Jewish residents of the Golan and their supporters are in high panic. Knesset members, including leading figures in Olmert's own party, say they would not approve such a deal.

So far, no one is selling bus tickets to Damascus.

Saner heads are asking what does Olmert mean by the whole of the Golan, and peace. Israelis and Syrians have scuttled agreements in the past by not agreeing about the geography. "Peace" is likely to involve a great deal that Syria is not willing to concede, such as ending its role as Iran's agent and support for Hamas and Hizbollah. Iranian officials have already said that they oppose any accommodation that Syria might be seeking with the Zionist devil. We may be a long way from that bus ride to Damascus.

The source of this smoke may be involved with other smoke that is confusing us. Since last September Israel has not quite admitted bombing a Syrian nuclear facility.

An explanation for Olmert's interest in a peace process between Israel and Syria, via Turkey, is to keep Syria from retaliating for that strike. An explanation for Assad's interest is to keep the Americans at bay. The United States is not happy with Syria for serving as Iran's agent, for supporting terrorist organizations, and for aid to the fighters who kill Americans in Iraq.

Smoke is also coming from the United States Congress, in the form of hearings into North Korean aid for Syria's nuclear activities. This has something to do with the Bush administration's concern that North Korea really give up its nuclear program, and not simply transfer technology to another rogue state. Israelis are not altogether happy with American revelations of the IDF's destruction of the Syrian facility. We have known this for at least six months, but the news has not had the imprimatur of the United States Congress. Syria is denying allegations that there was a nuclear program with military intentions, done with the aid of the North Koreans. We are hoping that they are not prompted to move forward with plans to retaliate against targets in Israel, or Jewish institutions elsewhere.

Our American friends might want to increase security at their synagogues and community centers, and bill the United States Congress for the cost.

Yet other smoke is coming from Egypt and Hamas. They have produced the draft of a cease fire that could prevail between Israel and Gaza for six months, with an option of expanding it to cover the West Bank. Optimists see this as ending Hamas' firing of rockets toward Israel, IDF's activity in Gaza, and lifting Israeli sanctions that have produced suffering in Gaza.

The agreement is conditional on other Palestinian organizations accepting the cease fire. One has already rejected it. It also does not cover two items of importance to Israel: the movement of munitions from Egypt to Gaza, and the manufacture of rockets in Gaza. Moreover, its mention of the Israeli prisoner has increased considerably the price that Hamas is demanding by way of Israel's release of Palestinian prisoners.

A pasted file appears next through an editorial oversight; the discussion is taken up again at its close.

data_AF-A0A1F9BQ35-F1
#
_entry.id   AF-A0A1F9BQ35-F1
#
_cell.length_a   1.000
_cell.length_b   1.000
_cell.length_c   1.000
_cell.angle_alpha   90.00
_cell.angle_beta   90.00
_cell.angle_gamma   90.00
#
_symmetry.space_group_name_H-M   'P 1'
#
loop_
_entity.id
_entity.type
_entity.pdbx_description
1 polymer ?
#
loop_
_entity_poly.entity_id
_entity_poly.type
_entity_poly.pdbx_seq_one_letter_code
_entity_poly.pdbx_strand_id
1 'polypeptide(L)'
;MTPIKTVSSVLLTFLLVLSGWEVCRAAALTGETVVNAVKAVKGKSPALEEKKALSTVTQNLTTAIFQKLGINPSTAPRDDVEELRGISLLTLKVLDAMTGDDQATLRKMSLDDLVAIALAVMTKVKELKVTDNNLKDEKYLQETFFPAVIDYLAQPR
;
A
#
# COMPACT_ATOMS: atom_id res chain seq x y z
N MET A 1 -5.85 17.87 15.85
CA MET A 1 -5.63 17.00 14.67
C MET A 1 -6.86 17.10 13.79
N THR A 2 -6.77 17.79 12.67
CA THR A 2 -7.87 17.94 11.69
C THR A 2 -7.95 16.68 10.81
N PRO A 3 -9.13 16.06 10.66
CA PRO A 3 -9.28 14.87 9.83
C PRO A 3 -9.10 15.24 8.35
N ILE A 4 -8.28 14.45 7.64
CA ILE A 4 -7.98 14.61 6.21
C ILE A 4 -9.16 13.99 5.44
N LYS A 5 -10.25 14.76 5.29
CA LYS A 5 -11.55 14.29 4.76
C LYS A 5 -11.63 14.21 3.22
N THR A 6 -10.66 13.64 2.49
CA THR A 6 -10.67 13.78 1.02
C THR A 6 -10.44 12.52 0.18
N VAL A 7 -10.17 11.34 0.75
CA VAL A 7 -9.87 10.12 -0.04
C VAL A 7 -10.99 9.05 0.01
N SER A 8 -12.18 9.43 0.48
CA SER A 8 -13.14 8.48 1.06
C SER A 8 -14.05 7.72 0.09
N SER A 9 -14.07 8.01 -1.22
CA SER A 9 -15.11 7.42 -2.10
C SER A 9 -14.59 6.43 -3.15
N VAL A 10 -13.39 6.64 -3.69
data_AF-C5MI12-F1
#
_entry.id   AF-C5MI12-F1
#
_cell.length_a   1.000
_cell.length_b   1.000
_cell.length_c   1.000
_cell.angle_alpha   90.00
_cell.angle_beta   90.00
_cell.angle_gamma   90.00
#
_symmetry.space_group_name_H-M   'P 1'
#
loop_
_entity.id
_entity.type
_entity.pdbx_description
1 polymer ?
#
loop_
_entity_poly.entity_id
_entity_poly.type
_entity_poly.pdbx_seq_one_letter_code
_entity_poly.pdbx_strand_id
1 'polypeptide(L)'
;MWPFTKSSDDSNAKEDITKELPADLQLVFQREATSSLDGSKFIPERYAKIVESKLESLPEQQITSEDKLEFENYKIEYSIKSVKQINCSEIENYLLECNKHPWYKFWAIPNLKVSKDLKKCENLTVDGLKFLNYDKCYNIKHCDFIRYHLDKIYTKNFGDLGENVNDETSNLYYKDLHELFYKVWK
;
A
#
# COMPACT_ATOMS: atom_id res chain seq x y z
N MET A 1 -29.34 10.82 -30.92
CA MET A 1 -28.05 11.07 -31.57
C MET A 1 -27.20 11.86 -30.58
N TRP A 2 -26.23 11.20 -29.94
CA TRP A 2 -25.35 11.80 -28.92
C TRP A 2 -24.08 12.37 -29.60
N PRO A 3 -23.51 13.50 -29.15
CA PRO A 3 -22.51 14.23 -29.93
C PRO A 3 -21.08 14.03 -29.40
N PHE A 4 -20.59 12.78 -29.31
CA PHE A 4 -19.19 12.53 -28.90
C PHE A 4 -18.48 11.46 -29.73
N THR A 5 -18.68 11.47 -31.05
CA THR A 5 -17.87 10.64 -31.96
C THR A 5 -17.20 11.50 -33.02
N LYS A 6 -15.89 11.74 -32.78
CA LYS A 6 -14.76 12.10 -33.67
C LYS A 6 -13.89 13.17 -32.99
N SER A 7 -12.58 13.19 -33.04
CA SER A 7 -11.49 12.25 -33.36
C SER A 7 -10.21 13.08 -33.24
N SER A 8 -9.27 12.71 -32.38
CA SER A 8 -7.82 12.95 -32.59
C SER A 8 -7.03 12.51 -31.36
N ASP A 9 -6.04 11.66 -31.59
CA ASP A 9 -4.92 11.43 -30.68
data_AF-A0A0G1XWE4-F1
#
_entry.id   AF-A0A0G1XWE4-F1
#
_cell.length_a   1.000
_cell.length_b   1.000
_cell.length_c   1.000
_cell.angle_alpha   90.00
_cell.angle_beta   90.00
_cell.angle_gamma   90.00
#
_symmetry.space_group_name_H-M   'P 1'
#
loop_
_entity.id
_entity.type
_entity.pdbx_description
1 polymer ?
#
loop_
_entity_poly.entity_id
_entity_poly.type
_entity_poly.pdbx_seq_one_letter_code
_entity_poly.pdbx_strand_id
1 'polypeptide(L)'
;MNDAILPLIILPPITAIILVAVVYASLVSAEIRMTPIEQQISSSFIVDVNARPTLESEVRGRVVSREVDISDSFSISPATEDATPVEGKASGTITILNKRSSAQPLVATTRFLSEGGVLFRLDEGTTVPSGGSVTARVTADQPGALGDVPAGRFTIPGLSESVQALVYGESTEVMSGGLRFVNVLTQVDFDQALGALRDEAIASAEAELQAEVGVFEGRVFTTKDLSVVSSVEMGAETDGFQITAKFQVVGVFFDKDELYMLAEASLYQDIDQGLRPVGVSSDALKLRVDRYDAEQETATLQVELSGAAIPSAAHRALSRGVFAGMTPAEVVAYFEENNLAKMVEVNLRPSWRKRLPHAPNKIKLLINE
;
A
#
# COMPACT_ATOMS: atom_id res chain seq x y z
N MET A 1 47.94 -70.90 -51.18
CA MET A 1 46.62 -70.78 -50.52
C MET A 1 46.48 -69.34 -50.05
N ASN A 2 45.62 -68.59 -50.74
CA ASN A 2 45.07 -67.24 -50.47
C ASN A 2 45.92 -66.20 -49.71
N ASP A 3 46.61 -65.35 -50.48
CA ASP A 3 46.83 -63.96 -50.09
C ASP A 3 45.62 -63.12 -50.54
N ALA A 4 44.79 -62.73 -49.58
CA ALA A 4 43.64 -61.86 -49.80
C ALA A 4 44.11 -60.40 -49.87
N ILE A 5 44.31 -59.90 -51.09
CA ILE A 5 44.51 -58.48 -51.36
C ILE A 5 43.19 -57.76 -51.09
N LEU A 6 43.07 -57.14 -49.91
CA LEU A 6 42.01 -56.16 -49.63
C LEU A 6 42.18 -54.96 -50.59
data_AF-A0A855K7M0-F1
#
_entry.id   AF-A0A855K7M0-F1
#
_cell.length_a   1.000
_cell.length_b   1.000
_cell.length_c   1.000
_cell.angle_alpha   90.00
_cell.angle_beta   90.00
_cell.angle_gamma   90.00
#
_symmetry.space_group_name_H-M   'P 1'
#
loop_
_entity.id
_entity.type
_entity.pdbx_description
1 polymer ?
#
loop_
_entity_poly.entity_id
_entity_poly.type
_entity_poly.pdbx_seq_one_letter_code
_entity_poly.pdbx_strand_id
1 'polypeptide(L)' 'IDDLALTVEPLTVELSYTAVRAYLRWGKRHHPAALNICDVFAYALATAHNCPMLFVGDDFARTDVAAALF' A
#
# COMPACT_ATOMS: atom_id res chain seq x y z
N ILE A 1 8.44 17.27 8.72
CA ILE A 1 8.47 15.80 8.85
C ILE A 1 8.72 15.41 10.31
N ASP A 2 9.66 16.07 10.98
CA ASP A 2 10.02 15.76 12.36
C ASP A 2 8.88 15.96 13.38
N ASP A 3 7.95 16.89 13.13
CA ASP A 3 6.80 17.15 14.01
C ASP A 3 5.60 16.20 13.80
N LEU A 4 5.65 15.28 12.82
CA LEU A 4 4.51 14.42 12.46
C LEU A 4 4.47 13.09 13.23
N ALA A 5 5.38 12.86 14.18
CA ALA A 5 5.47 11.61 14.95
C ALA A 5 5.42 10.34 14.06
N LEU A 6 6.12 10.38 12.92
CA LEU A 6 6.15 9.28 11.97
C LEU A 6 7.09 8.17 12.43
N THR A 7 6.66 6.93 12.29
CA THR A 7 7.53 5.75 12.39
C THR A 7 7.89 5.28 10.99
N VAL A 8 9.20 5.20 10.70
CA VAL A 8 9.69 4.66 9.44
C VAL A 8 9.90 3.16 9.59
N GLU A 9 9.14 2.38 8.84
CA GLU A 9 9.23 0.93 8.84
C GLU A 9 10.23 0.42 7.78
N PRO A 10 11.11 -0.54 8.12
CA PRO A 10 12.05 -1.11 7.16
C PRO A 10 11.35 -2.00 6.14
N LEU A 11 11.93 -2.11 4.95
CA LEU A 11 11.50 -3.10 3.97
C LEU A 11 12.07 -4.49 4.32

United Nations officials in Gaza are upping their support of Hamas. They are threatening to declare once again a humanitarian crisis because there is not enough fuel and other supplies. Israel responds that it has shipped a great deal of material through to Gaza, despite Hamas' attacks on the transfer points. If there is a crisis in Gaza, according to the Israeli view, it is the result of Hamas' efforts to create the impression of suffering by preventing the distribution of supplies from the depots it controls.

There is another bit of smoke that may turn into something larger. Hamas has announced mass marches toward Israeli positions on the northern edge of Gaza, and Egyptian positions on the southern edge. The purpose is to break the blockade on Gaza. In keeping with the proposed cease fire, these are said to be warning marches only, and not full invasions of Israel or Egypt. Perhaps Israeli and Egyptian soldiers can relax.

During the time I have been writing this, four rockets have fallen near Ashkelon, and two Israelis were killed while guarding an industrial facility meant to provide work for Palestinians on the border of the West Bank. One Knesset member has already linked the killings to Israel's reduction of security in response to demands by Secretary of State Condoleezza Rice. And an Israeli official has announced the rejection of the proposed cease fire for Gaza, saying that it is nothing more than Hamas' effort to buy time while it continues to arm itself.

Even more curious that all of this is news that the Americans have arrested an aged Jewish engineer for transferring secret information to Israel more than 20 years ago. Individuals involved with the prosecution of Jonathan Pollard say that this proves that Israel lied when they said that it had stopped spying in the United States. Currently serving Israeli politicians say that they have no recollection of this newly revealed spy; and that the work he is alleged to have done was prior to the Pollard case.

Israeli antennae are quivering with the hint of conspiracy. Why now, when the alleged spy must be helped in walking from the court room to a car, and then from the car to his residence in a retirement community? One explanation is that it comes from the Justice Department, where bureaucrats are working to frustrate any prospect that George Bush may order the release of Pollard as a gift to Israel on its 60th anniversary. Or that it is simply the effort of ranking Americans who think Israel is getting too feisty, and must be brought down a bit.

There is not always fire where there is smoke. Sometime there is nothing more than people wanting air time. On the other hand, there may come a blaze that has not yet shown itself through the smoke.

Ira Sharkansky (Emeritus)
Department of Political Science